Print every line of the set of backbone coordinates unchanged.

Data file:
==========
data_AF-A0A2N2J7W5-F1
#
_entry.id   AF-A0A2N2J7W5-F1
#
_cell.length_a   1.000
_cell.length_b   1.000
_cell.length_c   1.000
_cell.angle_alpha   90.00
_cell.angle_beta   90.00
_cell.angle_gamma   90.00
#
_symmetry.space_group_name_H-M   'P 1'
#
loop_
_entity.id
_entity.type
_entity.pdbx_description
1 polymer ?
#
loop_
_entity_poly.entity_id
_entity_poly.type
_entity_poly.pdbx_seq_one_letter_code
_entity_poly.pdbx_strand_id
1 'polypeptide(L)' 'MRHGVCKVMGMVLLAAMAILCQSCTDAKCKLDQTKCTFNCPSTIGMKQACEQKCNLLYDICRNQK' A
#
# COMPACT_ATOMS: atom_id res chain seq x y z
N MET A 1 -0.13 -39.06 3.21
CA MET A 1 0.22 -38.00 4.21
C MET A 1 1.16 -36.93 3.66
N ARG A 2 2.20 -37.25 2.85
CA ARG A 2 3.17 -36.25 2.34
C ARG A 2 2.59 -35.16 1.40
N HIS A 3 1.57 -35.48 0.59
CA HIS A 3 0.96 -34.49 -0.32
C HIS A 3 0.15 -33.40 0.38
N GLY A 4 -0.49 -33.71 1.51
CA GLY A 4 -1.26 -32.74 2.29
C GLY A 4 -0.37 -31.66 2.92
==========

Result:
data_AF-A0A2N2J7W5-F1
#
_entry.id   AF-A0A2N2J7W5-F1
#
_cell.length_a   1.000
_cell.length_b   1.000
_cell.length_c   1.000
_cell.angle_alpha   90.00
_cell.angle_beta   90.00
_cell.angle_gamma   90.00
#
_symmetry.space_group_name_H-M   'P 1'
#
loop_
_entity.id
_entity.type
_entity.pdbx_description
1 polymer ?
#
loop_
_entity_poly.entity_id
_entity_poly.type
_entity_poly.pdbx_seq_one_letter_code
_entity_poly.pdbx_strand_id
1 'polypeptide(L)' 'MRHGVCKVMGMVLLAAMAILCQSCTDAKCKLDQTKCTFNCPSTIGMKQACEQKCNLLYDICRNQK' A
#
# COMPACT_ATOMS: atom_id res chain seq x y z
N MET A 1 -0.13 -39.06 3.21
CA MET A 1 0.22 -38.00 4.21
C MET A 1 1.16 -36.93 3.66
N ARG A 2 2.20 -37.25 2.85
CA ARG A 2 3.17 -36.25 2.34
C ARG A 2 2.59 -35.16 1.40
N HIS A 3 1.57 -35.48 0.59
CA HIS A 3 0.96 -34.49 -0.32
C HIS A 3 0.15 -33.40 0.38
N GLY A 4 -0.49 -33.71 1.51
CA GLY A 4 -1.26 -32.74 2.29
C GLY A 4 -0.37 -31.66 2.92